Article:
Superman III is not a great film by any stretch of the imagination, but it was one of my first experiences with the character of Superman. And while that film represented, in some respects, the beginning of the end for the Christopher Reeve cycle of Superman movies that began in 1978, by placing more emphasis on humour and comedy (along with a starring role for comedian Richard Pryor), it also featured the sight of the all good and pure character of Kal-El turning into something of a villain for the bulk of the film.
Replete with imagery of Christopher Reeve in the famous costume, five o’clock shadow permanently etched to his face and doing all sorts of dastardly things, like blowing out the Olympic Torch, straightening the Leaning Tower of Pisa, and flicking peanuts into a bottle of alcohol in a bar, all the while getting drunk and increasingly anti-social, it also featured one of the all-time great moments of the series, with both Superman and Clark Kent separating as sole identities and getting into an increasingly brutal and sometimes nightmarishly surreal fight. None of it made sense of course, but it was a fantastically dark and twisted moment in a film that was otherwise silly and vanilla (apart from that other sequence depicting one of the female villains being violently turned into a robot, which owed less to big-budget child-friendly cinema and more to David Cronenberg).
READ MORE: Scream 4 – Throwback 10
The idea of turning a character like Superman/Clark Kent into one more approaching a villain is an interesting one, and for all of Superman III’s problems it was the best element of it, and thinking back on it can sometimes make one believe that it’s a better film than it really is. The season three premiere of Smallville picks up from the emotional fall-out of season two’s tumultuous finale, and returns to a key plot thread from season two’s superlative ‘Red‘, with Clark being exposed to Red Kryptonite and turning into something of a douchebag, but instead runs with it to an even more epic degree, functioning not only as a great premiere for Smallville’s third year but also as a thematic and tonal sequel to that episode. Years later, Supergirl would also utilise Red Kryptonite to dazzling effect (even paying tribute to Superman III’s bar sequence with the peanuts) so it says a lot about how this trope is one that is still used today but which still works wonders.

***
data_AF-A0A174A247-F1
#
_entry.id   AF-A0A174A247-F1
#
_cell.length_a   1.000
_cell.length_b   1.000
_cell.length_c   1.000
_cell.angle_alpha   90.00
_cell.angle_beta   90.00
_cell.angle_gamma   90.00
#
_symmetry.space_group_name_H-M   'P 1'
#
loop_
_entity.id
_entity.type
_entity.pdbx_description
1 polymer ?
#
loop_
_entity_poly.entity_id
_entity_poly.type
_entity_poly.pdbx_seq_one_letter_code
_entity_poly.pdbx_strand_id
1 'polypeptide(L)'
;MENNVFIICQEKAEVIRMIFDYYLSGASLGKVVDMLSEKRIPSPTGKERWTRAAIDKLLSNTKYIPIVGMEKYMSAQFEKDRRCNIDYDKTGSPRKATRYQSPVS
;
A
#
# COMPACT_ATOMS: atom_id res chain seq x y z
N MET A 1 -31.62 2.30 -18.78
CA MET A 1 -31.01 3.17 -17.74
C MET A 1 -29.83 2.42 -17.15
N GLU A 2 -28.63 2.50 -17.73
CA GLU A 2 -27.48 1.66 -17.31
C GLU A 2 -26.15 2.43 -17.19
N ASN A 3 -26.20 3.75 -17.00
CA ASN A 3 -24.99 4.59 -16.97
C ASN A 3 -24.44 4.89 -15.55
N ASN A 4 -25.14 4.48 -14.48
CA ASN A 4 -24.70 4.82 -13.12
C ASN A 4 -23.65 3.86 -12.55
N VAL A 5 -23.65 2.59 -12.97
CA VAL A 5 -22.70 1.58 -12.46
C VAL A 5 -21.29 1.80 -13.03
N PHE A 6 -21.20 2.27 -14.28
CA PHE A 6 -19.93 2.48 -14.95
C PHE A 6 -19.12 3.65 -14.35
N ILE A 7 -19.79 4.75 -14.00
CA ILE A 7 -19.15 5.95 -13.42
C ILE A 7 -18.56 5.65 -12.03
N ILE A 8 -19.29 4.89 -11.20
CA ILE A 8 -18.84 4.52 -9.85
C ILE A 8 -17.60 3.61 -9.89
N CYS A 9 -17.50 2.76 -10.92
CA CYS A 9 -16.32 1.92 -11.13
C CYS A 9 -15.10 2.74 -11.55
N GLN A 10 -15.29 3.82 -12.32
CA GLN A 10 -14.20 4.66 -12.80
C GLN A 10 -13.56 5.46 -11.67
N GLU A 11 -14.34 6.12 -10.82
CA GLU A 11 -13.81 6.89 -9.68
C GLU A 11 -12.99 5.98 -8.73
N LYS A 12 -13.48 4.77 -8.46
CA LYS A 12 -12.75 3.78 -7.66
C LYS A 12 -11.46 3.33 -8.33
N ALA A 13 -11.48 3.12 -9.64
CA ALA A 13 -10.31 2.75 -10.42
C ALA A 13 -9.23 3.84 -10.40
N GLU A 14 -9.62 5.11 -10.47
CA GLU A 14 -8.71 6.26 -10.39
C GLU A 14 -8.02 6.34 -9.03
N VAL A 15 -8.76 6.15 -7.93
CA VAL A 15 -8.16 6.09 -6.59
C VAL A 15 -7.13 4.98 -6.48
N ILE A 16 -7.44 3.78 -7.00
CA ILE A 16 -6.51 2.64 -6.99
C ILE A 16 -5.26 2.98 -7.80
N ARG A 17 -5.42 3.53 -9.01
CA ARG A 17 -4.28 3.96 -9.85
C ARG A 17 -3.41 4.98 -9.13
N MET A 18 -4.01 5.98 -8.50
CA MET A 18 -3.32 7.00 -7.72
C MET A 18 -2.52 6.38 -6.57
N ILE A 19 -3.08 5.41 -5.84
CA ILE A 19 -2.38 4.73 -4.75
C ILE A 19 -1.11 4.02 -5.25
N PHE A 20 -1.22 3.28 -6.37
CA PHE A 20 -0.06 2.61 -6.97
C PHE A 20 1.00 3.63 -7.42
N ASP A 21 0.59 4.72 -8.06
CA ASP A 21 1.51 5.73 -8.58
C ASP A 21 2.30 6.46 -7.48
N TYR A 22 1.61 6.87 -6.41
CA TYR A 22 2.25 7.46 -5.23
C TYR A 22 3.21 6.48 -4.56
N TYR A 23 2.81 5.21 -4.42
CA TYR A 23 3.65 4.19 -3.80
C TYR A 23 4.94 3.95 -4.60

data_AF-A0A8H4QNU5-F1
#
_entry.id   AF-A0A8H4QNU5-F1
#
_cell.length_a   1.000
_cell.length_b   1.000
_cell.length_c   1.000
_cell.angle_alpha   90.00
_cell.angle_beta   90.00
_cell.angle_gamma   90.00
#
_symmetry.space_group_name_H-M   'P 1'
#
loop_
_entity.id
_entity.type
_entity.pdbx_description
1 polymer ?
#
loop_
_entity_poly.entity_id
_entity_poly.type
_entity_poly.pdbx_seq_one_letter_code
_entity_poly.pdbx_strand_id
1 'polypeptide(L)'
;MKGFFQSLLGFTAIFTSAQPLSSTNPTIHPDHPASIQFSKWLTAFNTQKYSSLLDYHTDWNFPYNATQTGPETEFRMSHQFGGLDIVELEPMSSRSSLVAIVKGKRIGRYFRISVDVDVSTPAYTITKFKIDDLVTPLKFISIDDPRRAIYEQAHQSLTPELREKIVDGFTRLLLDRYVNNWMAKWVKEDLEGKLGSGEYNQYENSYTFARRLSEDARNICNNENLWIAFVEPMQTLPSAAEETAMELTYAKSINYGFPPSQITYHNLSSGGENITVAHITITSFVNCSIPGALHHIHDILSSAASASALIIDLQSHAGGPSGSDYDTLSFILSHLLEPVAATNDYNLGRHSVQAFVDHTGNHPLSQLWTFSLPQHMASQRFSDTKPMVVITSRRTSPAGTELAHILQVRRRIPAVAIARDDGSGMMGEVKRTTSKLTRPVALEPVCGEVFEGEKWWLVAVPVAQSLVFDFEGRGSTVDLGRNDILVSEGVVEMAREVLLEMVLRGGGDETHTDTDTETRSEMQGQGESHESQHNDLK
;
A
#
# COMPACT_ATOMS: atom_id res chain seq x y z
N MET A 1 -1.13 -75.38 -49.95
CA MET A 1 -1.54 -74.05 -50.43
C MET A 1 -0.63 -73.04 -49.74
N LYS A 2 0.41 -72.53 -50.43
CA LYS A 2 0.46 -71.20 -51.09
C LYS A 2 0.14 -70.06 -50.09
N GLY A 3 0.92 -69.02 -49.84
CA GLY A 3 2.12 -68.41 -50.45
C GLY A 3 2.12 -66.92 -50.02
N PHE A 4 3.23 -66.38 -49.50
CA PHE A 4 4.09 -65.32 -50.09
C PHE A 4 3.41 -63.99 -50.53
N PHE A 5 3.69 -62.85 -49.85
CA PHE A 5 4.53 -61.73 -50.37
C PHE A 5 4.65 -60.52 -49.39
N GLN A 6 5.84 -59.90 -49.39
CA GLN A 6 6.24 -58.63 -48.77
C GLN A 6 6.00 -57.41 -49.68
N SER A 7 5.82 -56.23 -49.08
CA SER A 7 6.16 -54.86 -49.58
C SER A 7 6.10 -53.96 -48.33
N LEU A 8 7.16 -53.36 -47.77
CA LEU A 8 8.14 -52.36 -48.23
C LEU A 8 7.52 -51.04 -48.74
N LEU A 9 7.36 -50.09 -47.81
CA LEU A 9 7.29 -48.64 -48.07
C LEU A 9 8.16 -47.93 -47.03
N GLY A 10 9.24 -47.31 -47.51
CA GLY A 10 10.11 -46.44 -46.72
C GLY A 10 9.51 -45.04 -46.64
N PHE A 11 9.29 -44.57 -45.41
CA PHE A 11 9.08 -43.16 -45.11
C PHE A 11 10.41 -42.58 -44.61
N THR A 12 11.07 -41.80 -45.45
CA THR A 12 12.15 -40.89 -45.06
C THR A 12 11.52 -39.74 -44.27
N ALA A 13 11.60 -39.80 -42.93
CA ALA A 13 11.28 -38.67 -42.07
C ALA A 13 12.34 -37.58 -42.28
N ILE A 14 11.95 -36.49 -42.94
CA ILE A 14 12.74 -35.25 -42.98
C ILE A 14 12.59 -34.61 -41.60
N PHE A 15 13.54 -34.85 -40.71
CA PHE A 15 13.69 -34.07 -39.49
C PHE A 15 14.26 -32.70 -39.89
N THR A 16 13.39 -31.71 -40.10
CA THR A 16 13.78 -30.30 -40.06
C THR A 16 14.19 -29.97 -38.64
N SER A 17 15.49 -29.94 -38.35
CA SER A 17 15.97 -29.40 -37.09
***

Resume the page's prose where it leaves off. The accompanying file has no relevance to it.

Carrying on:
It also gives Smallville a chance to revel outside its central setting for a while and put Clark right into the middle of altercations with cops, including Maggie Sawyer (Jill Teed), on the streets of Metropolis and in the middle of a storyline with crime lord Morgan Edge (the late Rutger Hauer). It’s a brilliant subversion of the type of dynamics that we know lie ahead in Clark’s future, where he’ll be battling crime elements like one Lord represents while working in tandem with Sawyer, but the use of Red Kryptonite allows the series and the story to play around with the type of plotting that we know from a million Superman stories and the plethora of movies and television shows.
READ MORE: Millennnium – TV Rewind
It’s a great opening for the majority of the time, although there are some plot holes that can’t help but have the audience going ‘but what about….?’. The only way Jonathan Kent can seemingly defeat Clark is to make himself temporarily superpowered with the help of Jor-El, and yet only last season we saw Jonathan and Pete cleverly use the green rocks to defeat an increasingly unhinged Clark in that episode. Yes, admittedly if they did that here then we’d lose that amazing cliffhanger involving Clark and Jonathan fighting and then falling off a skyscraper together, so what it might lack in plot cohesion it makes up for with entertaining incident and spectacle.
Also, it’s hard not to feel that the writing has badly handled the character of Helen, turning her from sympathetic and complex to more of a Dynasty/Dallas-type soap opera antagonist, seemingly trying to kill Lex and leaving him in a plane that has stranded him on a desert island becoming increasingly insane. It’s another form of exile, I suppose, that leaves both future hero and future villain in a similar manner of isolation, but it feels as if it’s come with the sacrificial lamb of a character who the writers did too good a job with and which Emmanuelle Vaugier was fantastic at. Instead of going the obvious way, they should have tried to double down on the good work they had done as opposed to going for something glaringly obvious, yet completely out of character.
Those nit-picks aside, it’s for the most part a blazingly confident and entertaining opening to the season and leaves you eagerly wondering where it might go next.